If you’ve ever played around with the graphics settings of a game or program, you must’ve come across a term called Vsync or Vertical Sync. Now, as confusing graphics terms can get in modern games, this one’s actually quite simple.
However, before you get into whether or not you should keep Vsync on or off, let’s take a look at what Vsync does. When you’re playing a game, your GPU essentially renders a frame and sends it to the monitor. The monitor then displays these frames one by one resulting in the on-screen motion that you see.
Now obviously, the more frames your GPU can send your monitor, the more frames your monitor can display, meaning a smoother gaming experience. The problem arises when your GPU sends far too many frames for your monitor to display.
Every monitor has a refresh rate measured in Hertz (Hz). This refresh rate is the maximum number of frames your monitor can display in a second. Most monitors have a refresh rate of 60Hz, while gaming monitors have refresh rates of 120, 140 or even 160Hz or higher.
So when your monitor gets more frames it can display, you’ll start experiencing something called screen tearing. This will split the frame into two parts between the next and the previous frame giving your weird artefacts on the screen.
This is where Vsync comes in handy. All it does is that it tries to match up the number of frames put out by your GPU to your monitor’s refresh rate, eliminating screen tearing in the process.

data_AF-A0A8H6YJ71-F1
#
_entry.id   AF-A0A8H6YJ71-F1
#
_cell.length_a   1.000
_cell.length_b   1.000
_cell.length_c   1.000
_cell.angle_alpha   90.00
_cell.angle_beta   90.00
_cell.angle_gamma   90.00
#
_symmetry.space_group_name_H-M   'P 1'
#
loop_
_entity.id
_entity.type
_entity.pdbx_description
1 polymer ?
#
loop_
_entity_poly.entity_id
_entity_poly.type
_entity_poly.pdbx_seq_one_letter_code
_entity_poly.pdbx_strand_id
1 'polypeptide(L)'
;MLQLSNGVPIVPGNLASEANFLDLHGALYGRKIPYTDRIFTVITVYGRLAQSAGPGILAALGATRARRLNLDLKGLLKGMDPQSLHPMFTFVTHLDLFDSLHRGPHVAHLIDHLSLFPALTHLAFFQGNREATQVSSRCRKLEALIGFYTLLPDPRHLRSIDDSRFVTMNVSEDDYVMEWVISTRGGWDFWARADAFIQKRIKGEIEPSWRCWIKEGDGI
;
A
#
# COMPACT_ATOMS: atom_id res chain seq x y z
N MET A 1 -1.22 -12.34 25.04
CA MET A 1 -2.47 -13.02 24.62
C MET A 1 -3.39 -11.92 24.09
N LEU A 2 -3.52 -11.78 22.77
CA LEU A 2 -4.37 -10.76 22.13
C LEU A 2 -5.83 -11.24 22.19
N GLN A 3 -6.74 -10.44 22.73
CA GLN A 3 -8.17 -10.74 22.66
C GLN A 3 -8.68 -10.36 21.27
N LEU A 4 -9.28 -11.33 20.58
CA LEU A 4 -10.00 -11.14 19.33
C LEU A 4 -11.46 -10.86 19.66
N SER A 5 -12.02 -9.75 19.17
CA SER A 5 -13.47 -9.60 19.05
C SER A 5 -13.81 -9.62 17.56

Types of Vsync: Advantages and Disadvantages
Now Vsync also is of two main types — Nvidia’s G-Sync and AMD’s FreeSync. Depending upon which GPU you have what your monitor supports, you’re going to have to think ahead.
G-Sync tries to adapt your monitor’s refresh rate to the FPS your PC can put out. However, the feature relies on built-in Nvidia hardware for functionality.
FreeSync, on the other hand, delivers dynamic refresh rates that help synchronise a monitor’s refresh rate to that of a Radeon GPU. This helps in reducing input lag and stuttering.
|Vsync Pros||Vsync Cons|
|Eliminates screen tearing.||Introduces input lag|
|Reduces excessive strain on the GPU.||Can cause sharp FPS drops in graphically intensive moments.|
|Prevents GPU overheating.||–|
|It can help run older games on modern systems.||–|
Also read: Nvidia Control Panel access denied: 6 fixes
Vsync: On or Off?
While Vsync takes care of screen tearing, sudden FPS drops, stops excessive strain on your GPU and can be helpful with older games where your GPU will efficiently pump out more frames than your monitor can handle, it all comes at a cost.
Since Vsync makes frames from your GPU wait before they hit the monitor, you’ll likely start experiencing some input lag. This can be incredibly annoying in games that require instant reflexes and responses, such as CSGO or Valorant.
Also, if your game arrives at a graphically intensive moment and the FPS drops, Vsync will drop it even further, causing a sharp overall drop in FPS. Things like triple buffering can help soften the effects, but the issue remains, and not everyone might have access to the setting.
So if your GPU is rendering more frames than your monitor can handle, you can give Vsync a shot. However, if the total FPS isn’t hitting your monitor’s refresh rate cap, you don’t need Gsync enabled.
Another point to keep in mind is that you will get a sharp FPS drop along with some input lag when you run into graphically intense moments. Keep this in mind while choosing to enable Vsync for a game.
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